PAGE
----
Malus × scheideckeri 'Red Jade'
Common Name: weeping crabapple
Type: Tree
Family: Rosaceae
Zone: 4 to 8
Height: 12.00 to 15.00 feet
Spread: 15.00 to 20.00 feet
Bloom Time: April
Bloom Description: White
Sun: Full sun
Water: Medium
Maintenance: Low
Suggested Use: Flowering Tree
Flower: Showy
Leaf: Colorful
Attracts: Birds, Butterflies
Fruit: Showy, Edible
Other: Winter Interest
Tolerate: Air Pollution

Culture

Best grown in medium moisture, well-drained, acidic loams in full sun. Adapts to a wide range of soils. Established trees have some drought tolerance. Although some flowers may be lost, it is best to prune this tree as needed in late winter. Spring pruning should be avoided as it produces fresh, open cuts where fireblight bacterium can enter.

Noteworthy Characteristics

Malus is a genus of about 35 species of deciduous trees and shrubs from Europe, Asia and North America.

Genus name from Latin is an ancient name for apple.

‘Red Jade’ is a weeping, white-flowered crabapple that typically matures to 12-15’ tall and to 20’ wide. It is noted for its weeping shape, white flowers and red fruit. It is susceptible to a number of diseases (see Problems below). White buds tinged with pink open in spring to white flowers (to 1 1/2” diameter). Flowers are followed by bright red crabapples (to 5/8” diameter) that mature in fall and may persist into winter. Birds are attracted to the fruit. Fruit may be harvested for jellies. Glossy, tapered, medium green leaves (to 3 1/2” long). Branches weep close to the ground. ‘Red Jade’ was discovered in 1935 as an open pollinated seedling of M. ‘Exzellenz Thiel’. U.S. Plant Patent PP1,497 issued July 17, 1956.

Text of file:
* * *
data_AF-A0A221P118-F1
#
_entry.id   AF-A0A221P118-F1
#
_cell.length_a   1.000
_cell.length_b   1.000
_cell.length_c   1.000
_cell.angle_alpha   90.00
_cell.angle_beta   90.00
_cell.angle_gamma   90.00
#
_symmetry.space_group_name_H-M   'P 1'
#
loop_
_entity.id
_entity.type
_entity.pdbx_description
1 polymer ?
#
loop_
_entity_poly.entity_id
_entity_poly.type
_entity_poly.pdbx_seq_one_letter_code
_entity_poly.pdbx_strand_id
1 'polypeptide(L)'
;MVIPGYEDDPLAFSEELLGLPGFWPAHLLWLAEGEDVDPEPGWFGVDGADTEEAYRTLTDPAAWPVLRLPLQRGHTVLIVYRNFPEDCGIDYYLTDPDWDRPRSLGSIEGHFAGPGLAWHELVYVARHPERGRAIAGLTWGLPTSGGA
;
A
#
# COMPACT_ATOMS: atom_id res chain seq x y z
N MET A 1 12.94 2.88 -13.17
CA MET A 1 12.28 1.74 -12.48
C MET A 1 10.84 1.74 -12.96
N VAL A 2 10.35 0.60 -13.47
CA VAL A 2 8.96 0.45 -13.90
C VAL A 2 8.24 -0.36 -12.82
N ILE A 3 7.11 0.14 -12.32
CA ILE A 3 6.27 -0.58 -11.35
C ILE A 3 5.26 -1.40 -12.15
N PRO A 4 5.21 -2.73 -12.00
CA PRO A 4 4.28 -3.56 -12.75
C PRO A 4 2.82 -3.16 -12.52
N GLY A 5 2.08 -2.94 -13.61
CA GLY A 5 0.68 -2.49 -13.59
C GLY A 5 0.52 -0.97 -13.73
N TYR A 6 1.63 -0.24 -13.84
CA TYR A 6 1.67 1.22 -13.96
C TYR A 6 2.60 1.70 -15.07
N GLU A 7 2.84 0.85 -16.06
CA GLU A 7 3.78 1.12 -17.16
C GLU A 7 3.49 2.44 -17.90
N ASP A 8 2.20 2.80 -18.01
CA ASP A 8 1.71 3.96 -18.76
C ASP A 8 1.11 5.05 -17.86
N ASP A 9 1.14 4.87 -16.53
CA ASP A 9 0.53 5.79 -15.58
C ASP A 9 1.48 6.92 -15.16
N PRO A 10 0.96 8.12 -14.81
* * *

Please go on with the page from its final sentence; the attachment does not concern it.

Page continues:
Problems

Generally susceptible to fireblight, scab and powdery mildew. Moderate susceptibility to leaf spot. Good resistance to rust. Potential insect pests are of lesser concern and include tent caterpillars, aphids, Japanese beetles, borers and scale. Spider mites may occur.

Garden Uses

Plant as a specimen in an area where its weeping shape can be appreciated.